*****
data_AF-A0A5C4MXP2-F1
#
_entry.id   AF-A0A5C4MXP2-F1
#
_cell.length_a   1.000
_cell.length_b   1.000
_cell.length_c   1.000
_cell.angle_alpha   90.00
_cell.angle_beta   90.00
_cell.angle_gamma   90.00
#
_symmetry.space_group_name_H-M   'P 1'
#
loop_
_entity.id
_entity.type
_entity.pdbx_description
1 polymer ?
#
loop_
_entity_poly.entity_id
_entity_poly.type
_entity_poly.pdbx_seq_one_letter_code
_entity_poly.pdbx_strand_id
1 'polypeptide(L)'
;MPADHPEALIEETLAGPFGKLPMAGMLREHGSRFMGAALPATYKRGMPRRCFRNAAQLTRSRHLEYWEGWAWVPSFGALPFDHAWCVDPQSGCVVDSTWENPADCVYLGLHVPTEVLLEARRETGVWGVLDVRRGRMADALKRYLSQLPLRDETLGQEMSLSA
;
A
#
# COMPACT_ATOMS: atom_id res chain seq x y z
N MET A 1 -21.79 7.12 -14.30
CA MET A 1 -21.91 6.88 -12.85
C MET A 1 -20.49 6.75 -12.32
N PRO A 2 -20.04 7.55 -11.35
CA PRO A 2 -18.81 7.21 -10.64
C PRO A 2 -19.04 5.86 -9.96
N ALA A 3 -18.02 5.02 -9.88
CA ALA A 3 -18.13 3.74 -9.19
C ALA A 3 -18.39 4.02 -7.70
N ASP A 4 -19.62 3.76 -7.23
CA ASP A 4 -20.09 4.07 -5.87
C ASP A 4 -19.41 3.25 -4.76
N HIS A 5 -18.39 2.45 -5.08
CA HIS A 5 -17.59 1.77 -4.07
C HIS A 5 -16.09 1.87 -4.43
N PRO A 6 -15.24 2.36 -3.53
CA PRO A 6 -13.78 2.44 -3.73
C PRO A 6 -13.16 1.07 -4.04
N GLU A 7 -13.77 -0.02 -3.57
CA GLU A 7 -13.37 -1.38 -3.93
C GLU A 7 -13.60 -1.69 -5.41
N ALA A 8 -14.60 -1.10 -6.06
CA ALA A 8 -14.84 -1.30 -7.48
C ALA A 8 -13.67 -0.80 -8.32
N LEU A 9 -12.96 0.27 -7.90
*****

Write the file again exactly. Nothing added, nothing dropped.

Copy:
data_AF-A0A5C4MXP2-F1
#
_entry.id   AF-A0A5C4MXP2-F1
#
_cell.length_a   1.000
_cell.length_b   1.000
_cell.length_c   1.000
_cell.angle_alpha   90.00
_cell.angle_beta   90.00
_cell.angle_gamma   90.00
#
_symmetry.space_group_name_H-M   'P 1'
#
loop_
_entity.id
_entity.type
_entity.pdbx_description
1 polymer ?
#
loop_
_entity_poly.entity_id
_entity_poly.type
_entity_poly.pdbx_seq_one_letter_code
_entity_poly.pdbx_strand_id
1 'polypeptide(L)'
;MPADHPEALIEETLAGPFGKLPMAGMLREHGSRFMGAALPATYKRGMPRRCFRNAAQLTRSRHLEYWEGWAWVPSFGALPFDHAWCVDPQSGCVVDSTWENPADCVYLGLHVPTEVLLEARRETGVWGVLDVRRGRMADALKRYLSQLPLRDETLGQEMSLSA
;
A
#
# COMPACT_ATOMS: atom_id res chain seq x y z
N MET A 1 -21.79 7.12 -14.30
CA MET A 1 -21.91 6.88 -12.85
C MET A 1 -20.49 6.75 -12.32
N PRO A 2 -20.04 7.55 -11.35
CA PRO A 2 -18.81 7.21 -10.64
C PRO A 2 -19.04 5.86 -9.96
N ALA A 3 -18.02 5.02 -9.88
CA ALA A 3 -18.13 3.74 -9.19
C ALA A 3 -18.39 4.02 -7.70
N ASP A 4 -19.62 3.76 -7.23
CA ASP A 4 -20.09 4.07 -5.87
C ASP A 4 -19.41 3.25 -4.76
N HIS A 5 -18.39 2.45 -5.08
CA HIS A 5 -17.59 1.77 -4.07
C HIS A 5 -16.09 1.87 -4.43
N PRO A 6 -15.24 2.36 -3.53
CA PRO A 6 -13.78 2.44 -3.73
C PRO A 6 -13.16 1.07 -4.04
N GLU A 7 -13.77 -0.02 -3.57
CA GLU A 7 -13.37 -1.38 -3.93
C GLU A 7 -13.60 -1.69 -5.41
N ALA A 8 -14.60 -1.10 -6.06
CA ALA A 8 -14.84 -1.30 -7.48
C ALA A 8 -13.67 -0.80 -8.32
N LEU A 9 -12.96 0.27 -7.90